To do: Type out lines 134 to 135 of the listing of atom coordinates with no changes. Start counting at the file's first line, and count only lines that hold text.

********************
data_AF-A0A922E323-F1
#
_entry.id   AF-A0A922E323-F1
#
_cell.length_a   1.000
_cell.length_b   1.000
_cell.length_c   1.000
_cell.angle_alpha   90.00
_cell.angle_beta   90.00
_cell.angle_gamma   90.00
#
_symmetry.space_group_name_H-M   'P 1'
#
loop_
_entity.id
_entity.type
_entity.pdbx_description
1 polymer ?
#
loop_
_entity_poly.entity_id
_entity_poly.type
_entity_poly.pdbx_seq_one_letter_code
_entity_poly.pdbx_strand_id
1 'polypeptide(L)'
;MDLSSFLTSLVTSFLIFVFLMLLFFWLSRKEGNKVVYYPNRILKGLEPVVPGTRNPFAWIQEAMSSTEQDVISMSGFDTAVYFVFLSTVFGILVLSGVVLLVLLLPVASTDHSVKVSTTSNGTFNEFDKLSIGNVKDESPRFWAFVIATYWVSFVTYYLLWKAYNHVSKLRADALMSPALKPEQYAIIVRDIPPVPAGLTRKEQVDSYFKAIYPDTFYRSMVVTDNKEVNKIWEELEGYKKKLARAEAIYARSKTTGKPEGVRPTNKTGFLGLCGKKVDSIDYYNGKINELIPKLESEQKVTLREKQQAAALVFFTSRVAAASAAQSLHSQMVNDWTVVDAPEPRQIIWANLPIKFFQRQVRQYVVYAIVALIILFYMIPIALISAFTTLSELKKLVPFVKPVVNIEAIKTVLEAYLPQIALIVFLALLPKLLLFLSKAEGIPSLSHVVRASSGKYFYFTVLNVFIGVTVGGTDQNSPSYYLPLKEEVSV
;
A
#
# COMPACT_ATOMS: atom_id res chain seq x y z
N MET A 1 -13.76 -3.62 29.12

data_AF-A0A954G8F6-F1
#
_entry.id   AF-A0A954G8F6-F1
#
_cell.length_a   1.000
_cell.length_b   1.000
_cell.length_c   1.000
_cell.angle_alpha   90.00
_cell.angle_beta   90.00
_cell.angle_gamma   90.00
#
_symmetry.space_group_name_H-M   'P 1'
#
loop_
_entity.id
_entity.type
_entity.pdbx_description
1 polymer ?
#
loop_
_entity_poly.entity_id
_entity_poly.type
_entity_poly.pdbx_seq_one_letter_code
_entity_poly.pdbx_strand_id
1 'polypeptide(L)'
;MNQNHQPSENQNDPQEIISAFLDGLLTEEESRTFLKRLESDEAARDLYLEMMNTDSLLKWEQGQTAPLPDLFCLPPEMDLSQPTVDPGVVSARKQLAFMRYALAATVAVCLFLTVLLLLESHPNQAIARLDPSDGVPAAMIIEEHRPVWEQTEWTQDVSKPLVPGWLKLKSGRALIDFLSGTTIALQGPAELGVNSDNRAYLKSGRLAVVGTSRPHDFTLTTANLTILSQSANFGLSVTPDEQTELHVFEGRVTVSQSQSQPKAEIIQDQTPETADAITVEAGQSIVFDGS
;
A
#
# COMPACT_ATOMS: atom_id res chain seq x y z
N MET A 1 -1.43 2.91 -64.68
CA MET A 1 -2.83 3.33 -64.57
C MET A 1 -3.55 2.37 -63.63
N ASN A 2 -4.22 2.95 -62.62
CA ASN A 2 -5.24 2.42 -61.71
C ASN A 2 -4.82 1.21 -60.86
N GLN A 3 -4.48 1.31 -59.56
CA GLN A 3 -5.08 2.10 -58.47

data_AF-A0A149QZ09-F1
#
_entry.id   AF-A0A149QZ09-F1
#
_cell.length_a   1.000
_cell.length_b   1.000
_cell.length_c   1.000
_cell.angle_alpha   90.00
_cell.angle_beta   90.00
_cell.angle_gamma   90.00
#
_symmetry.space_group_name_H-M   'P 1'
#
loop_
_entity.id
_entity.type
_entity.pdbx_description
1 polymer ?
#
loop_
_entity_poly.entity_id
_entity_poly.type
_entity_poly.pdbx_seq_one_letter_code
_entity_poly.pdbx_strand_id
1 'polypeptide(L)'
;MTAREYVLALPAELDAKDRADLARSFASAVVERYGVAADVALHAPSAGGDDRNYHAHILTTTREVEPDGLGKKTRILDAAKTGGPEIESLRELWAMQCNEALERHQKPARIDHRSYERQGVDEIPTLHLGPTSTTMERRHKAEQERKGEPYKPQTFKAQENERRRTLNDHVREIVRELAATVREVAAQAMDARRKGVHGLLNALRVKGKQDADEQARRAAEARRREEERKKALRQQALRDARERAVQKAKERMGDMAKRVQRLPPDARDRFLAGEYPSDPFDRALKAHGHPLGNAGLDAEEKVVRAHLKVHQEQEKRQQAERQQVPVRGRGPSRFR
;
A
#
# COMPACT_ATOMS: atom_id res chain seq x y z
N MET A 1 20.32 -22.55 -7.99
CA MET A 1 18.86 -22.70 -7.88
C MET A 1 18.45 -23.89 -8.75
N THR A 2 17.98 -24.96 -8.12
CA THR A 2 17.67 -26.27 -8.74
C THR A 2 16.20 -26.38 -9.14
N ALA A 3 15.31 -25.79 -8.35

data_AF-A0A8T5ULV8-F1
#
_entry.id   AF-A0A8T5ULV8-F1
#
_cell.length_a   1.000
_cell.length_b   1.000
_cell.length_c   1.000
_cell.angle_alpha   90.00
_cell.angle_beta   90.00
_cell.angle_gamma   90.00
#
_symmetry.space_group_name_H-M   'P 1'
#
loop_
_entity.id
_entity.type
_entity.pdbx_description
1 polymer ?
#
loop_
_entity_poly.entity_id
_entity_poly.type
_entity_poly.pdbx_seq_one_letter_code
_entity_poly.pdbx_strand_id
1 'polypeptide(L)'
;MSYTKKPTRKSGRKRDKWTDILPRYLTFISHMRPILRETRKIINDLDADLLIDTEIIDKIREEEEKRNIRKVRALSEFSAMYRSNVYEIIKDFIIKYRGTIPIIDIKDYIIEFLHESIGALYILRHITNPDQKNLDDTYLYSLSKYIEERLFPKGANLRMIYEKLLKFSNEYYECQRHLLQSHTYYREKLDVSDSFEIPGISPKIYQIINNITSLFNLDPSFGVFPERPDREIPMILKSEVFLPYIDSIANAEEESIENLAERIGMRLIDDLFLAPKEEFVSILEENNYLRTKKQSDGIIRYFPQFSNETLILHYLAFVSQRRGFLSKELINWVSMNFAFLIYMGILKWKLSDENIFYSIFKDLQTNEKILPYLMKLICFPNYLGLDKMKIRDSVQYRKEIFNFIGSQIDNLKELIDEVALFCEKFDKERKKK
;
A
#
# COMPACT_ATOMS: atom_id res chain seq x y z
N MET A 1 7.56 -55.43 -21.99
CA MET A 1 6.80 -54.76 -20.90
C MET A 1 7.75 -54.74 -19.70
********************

A
#